Three different birth cohorts were investigated: 1940–1949 (ages 66–75 in 2015), 1950–1959 (ages 56–65 in 2015), and 1960–1969 (ages 46–55 in 2015). These cohorts represent approximately 5.2 million individuals in 2016 in the age range for which the USPSTF currently recommends lung cancer screening [12,26]. Birth tables for each cohort were derived from information from Statistics Canada and the Ontario Ministry of Finance [26,27]. Ontario-specific data on smoking behavior were used to model smoking initiation and cessation probabilities and the average number of cigarettes smoked per day (divided into five categories) by age and gender for each cohort [28–32]. Life tables by birth year and gender were extracted from the Canadian Human Mortality Database and adjusted for smoking behavior and lung cancer mortality, as shown graphically for persons born in 1955 in S2 Text Figs C–F . Further information on the methods used to model smoking behavior and adjustment of the life tables for smoking behavior is provided in S2 Text. The age- and gender-specific lung cancer incidence, histology proportions, and stage proportions estimated by MISCAN-Lung were compared to observed data from the Ontario Cancer Registry from 2007–2009, in which screening did not occur, and are detailed in S3 Text .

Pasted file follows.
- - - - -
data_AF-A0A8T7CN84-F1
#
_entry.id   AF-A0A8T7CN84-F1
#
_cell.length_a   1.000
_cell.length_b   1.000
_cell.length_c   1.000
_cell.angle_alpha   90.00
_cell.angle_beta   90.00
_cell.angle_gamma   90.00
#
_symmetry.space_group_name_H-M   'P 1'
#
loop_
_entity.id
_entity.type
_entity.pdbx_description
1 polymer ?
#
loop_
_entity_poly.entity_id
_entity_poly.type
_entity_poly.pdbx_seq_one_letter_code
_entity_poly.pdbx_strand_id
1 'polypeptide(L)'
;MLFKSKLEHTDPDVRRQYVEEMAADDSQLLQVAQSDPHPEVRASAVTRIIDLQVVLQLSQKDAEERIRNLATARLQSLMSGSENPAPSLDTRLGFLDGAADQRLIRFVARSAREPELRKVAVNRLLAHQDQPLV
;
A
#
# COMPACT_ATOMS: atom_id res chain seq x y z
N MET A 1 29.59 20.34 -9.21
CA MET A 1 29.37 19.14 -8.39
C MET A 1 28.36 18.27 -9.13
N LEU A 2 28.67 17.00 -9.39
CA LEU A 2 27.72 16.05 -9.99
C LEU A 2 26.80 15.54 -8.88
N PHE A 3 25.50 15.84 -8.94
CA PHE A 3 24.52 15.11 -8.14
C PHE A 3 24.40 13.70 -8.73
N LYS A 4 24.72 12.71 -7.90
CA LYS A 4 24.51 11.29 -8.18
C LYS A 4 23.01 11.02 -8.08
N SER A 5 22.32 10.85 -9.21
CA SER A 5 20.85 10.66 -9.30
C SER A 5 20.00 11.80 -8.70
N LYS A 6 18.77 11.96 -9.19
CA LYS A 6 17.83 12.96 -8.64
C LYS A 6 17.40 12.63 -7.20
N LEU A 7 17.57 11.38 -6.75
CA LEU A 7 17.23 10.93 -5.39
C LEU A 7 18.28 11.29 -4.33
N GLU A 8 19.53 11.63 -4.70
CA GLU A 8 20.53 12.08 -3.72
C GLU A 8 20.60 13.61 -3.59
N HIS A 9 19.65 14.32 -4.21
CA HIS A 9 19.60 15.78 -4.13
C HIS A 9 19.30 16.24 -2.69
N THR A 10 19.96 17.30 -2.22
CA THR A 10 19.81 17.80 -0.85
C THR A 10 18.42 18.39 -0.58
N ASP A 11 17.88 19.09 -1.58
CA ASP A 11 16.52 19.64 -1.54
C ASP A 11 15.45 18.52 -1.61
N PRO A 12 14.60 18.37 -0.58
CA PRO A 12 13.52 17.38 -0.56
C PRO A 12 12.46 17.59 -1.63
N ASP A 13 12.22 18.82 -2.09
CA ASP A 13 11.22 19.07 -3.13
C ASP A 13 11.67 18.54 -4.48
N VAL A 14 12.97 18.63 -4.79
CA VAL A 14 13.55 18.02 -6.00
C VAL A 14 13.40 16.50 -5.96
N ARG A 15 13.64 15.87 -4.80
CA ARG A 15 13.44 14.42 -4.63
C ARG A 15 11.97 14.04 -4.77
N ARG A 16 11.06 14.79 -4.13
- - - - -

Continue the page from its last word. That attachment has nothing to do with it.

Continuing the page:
In total, 576 potential screening scenarios were evaluated. The evaluated scenarios considered different combinations of the following characteristics: age to start screening; age to stop screening; screening interval; and screening eligibility regarding cumulative smoking exposure, years since smoking cessation (for former smokers, defined as individuals who have quit smoking permanently), and whether or not former smokers were excluded from further screening after they reach a maximum number of years since cessation (Table 1). Two types of cumulative smoking criteria, of which one is used at a time in an evaluated scenario, were distinguished: the first type was based on the cumulative number of pack-years, used in the NLST (“NLST-like”) ; the second type of cumulative smoking criteria was based on the criteria used in the Dutch-Belgian lung cancer screening trial (NELSON), which evaluated a person’s smoking duration and average number of cigarettes per day separately (“NELSON-like”) . Of the 576 screening scenarios, 216 screening scenarios considered “NLST-like” criteria (including the criteria currently recommended by the USPSTF), whereas 360 screening scenarios considered “NELSON-like” criteria. Perfect attendance to screening was assumed for the base-case investigation. Estimations regarding screen-related procedures such as false-positive results (defined as receiving a positive screening test result when lung cancer is not found after diagnostic work-up), follow-up CT examinations, screen-related biopsies/bronchoscopies, and non-lung cancer-related surgeries were derived from individual-level data from the CT-arm of the NLST and are described in S4 Text. Limited information on morbidity and mortality has been reported from randomized controlled trials. In a subgroup analysis of NELSON participants, 1% of participants were found to have incidental findings that required additional work-up procedures or treatment . However, no information on morbidity or mortality was reported. In the NLST, 0.06% of the positive screening tests in the low-dose CT group that did not result in a diagnosis of lung cancer were associated with a major complication after an invasive procedure . Overall, six individuals with a positive screening test in the low-dose CT group that did not result in a diagnosis of lung cancer died within 60 d after an invasive diagnostic procedure (0.04%), but it was unknown whether these deaths were caused by complications of the diagnostic procedures . Thus, given the low occurrence of invasive procedures along with a low frequency of major complications, the occurrence of morbidity or death related to screen-related follow-up procedures is expected to be minor.